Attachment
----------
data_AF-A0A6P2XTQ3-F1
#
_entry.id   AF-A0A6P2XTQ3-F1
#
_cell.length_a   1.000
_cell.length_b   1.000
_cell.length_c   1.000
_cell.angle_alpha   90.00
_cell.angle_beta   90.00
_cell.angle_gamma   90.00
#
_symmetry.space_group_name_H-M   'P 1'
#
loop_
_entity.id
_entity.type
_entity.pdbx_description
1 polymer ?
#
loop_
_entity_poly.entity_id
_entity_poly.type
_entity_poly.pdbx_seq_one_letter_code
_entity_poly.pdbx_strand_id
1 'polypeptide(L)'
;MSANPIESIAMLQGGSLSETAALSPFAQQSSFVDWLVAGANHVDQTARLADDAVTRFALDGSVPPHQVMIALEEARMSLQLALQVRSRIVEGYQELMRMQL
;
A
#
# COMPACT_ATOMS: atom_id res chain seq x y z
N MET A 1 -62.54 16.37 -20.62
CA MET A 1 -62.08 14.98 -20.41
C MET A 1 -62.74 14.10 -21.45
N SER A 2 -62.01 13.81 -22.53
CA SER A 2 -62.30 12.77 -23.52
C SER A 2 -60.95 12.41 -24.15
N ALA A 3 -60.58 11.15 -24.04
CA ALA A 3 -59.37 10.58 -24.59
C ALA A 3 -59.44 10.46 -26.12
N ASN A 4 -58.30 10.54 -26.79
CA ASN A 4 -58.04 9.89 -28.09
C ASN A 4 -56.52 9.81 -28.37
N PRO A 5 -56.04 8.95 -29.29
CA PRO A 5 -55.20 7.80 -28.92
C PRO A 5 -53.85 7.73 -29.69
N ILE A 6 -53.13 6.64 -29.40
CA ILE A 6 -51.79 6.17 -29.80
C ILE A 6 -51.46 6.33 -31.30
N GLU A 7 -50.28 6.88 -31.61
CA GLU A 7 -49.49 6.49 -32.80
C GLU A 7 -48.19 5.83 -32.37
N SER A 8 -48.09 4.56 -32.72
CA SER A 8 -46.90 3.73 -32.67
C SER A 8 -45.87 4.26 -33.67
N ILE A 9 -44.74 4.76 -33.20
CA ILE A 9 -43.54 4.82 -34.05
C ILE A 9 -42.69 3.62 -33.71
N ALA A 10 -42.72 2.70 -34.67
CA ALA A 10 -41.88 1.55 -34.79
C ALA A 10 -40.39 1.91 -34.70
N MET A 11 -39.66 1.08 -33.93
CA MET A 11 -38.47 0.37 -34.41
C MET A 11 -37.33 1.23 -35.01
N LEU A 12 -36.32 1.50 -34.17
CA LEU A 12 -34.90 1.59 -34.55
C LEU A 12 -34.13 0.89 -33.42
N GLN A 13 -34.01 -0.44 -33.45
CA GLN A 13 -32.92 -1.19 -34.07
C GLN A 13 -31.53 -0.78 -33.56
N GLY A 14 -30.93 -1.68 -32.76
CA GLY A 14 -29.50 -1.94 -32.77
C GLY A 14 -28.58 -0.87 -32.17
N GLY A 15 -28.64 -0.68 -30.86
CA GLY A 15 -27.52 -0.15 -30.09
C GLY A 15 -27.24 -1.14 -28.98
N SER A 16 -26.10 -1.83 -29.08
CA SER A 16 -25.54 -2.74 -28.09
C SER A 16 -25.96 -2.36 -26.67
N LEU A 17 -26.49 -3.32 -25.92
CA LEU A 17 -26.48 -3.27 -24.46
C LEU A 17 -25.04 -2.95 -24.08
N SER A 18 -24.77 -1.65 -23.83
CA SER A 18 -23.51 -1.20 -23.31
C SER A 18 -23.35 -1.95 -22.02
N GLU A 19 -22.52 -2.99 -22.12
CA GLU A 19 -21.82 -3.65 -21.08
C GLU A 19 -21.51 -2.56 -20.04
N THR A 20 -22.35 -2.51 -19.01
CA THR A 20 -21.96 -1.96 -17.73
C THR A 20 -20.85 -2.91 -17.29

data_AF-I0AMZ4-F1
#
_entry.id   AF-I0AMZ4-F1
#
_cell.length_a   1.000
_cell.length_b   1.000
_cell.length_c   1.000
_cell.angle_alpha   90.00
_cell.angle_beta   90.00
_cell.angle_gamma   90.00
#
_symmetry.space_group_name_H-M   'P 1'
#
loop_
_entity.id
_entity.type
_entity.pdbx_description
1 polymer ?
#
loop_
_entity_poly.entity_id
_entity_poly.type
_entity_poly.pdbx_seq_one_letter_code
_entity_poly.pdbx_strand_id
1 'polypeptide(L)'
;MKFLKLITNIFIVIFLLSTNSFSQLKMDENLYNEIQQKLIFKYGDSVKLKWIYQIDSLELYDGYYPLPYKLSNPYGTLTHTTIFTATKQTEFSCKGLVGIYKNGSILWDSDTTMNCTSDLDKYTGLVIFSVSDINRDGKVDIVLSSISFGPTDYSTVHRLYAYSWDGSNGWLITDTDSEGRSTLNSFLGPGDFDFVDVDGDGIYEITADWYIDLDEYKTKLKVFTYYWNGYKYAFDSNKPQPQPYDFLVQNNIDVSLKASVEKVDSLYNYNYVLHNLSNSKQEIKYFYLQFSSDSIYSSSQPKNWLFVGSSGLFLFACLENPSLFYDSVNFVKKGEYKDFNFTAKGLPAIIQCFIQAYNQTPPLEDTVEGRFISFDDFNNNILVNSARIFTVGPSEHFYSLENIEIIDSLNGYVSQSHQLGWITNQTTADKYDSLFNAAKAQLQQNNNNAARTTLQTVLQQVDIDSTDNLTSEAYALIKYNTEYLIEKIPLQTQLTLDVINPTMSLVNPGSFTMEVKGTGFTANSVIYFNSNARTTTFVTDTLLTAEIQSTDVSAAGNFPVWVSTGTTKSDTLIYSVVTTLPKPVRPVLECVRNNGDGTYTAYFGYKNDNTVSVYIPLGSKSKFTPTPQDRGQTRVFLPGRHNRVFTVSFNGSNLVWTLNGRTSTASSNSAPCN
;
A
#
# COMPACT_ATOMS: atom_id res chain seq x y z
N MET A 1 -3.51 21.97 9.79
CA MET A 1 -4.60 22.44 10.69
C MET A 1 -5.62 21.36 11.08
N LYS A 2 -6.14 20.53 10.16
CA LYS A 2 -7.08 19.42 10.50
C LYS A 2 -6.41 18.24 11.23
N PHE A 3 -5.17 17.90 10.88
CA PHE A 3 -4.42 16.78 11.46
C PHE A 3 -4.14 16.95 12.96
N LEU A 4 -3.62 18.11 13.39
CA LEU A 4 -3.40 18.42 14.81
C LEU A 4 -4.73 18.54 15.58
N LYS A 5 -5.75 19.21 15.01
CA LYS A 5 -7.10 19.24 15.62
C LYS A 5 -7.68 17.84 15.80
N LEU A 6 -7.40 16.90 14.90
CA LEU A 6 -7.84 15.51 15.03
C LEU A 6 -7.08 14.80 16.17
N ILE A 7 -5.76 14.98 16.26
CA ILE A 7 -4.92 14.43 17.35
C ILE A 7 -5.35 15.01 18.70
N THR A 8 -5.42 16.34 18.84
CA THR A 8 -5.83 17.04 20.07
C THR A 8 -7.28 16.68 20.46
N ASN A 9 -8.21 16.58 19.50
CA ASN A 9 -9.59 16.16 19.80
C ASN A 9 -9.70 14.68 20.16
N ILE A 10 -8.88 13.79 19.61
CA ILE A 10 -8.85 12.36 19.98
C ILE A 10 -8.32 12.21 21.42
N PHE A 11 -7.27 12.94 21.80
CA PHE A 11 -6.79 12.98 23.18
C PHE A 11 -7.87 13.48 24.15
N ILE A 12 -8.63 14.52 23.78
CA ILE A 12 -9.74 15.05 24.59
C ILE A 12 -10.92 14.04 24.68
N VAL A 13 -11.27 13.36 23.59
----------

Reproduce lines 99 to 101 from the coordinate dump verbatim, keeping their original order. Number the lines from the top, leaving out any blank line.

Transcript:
_cell.angle_beta   90.00
_cell.angle_gamma   90.00
#